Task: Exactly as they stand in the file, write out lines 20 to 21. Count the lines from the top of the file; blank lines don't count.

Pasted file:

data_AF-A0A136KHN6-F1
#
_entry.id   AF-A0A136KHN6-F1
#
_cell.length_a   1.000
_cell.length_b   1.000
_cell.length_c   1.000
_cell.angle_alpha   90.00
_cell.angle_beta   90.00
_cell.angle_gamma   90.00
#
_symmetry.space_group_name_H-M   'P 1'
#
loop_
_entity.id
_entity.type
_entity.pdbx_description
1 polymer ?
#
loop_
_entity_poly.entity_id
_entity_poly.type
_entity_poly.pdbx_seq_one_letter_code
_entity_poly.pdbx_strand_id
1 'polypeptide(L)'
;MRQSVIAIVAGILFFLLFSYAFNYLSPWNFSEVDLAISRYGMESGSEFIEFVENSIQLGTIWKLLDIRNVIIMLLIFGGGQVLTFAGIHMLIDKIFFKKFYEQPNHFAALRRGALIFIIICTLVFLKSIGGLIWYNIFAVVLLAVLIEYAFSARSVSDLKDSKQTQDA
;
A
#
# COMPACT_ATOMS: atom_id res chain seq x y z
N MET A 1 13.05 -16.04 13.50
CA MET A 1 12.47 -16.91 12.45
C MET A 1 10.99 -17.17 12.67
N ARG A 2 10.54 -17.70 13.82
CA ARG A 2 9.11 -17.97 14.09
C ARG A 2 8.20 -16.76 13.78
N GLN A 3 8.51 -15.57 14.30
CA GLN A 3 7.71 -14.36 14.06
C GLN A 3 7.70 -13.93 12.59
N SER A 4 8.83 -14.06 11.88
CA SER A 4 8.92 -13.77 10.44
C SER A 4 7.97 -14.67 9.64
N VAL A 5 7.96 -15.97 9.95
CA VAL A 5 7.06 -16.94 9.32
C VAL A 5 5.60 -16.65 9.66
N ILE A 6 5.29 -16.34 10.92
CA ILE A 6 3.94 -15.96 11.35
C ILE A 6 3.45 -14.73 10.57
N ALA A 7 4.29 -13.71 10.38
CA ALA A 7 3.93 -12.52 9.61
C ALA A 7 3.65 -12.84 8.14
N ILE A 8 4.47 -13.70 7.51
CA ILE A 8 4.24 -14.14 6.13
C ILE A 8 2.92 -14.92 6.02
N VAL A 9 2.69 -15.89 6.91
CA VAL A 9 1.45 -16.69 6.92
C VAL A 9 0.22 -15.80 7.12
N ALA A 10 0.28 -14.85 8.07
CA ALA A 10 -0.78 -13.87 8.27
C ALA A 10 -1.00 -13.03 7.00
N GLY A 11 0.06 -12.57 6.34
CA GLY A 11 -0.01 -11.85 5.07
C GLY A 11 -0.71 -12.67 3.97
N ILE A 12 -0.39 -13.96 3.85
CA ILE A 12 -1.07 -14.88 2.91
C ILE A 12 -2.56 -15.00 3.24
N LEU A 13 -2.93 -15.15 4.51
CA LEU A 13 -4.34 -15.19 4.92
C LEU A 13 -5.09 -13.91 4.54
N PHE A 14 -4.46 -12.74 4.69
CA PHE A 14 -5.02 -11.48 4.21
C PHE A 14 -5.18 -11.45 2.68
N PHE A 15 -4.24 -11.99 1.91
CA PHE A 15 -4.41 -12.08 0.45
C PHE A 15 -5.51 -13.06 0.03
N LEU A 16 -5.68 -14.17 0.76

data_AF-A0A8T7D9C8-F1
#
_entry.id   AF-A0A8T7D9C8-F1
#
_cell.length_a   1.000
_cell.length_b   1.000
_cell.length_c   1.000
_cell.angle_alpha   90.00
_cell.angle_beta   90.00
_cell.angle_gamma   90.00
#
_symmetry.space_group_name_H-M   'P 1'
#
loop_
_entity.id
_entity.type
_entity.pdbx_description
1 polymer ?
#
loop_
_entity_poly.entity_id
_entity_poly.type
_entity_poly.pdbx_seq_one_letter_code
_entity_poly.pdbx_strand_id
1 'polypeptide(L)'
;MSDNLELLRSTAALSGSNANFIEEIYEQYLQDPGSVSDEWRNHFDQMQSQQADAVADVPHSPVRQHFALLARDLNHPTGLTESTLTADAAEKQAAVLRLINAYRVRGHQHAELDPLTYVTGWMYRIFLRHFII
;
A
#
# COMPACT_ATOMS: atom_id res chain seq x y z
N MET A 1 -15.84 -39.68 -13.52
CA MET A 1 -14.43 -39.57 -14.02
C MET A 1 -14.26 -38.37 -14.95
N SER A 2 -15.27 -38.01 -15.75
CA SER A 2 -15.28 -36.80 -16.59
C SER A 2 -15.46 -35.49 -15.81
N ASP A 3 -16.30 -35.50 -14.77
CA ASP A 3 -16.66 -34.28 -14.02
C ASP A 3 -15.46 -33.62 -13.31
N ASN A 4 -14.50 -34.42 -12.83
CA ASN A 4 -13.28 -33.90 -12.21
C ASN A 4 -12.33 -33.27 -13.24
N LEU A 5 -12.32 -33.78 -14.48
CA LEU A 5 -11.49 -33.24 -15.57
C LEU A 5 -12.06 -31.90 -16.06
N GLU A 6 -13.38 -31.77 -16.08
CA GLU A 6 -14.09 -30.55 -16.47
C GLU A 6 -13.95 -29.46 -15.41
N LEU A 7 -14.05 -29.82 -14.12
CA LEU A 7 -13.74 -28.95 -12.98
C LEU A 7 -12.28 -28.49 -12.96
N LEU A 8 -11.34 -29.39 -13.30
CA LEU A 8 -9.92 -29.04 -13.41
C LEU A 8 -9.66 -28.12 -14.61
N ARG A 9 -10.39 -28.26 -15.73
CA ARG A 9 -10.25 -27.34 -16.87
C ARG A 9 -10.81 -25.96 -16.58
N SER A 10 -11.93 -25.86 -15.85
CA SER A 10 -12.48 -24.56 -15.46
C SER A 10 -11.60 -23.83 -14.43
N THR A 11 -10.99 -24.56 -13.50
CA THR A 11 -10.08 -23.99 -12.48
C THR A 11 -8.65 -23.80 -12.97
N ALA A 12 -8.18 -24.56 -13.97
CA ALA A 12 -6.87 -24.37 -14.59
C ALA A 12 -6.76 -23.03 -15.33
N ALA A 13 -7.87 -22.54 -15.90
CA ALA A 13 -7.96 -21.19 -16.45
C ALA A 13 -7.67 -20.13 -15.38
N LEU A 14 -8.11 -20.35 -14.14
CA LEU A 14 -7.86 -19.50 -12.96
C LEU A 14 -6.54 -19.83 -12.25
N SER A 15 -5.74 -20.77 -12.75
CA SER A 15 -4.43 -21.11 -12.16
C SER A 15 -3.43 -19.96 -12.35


loop_
_entity_poly.entity_id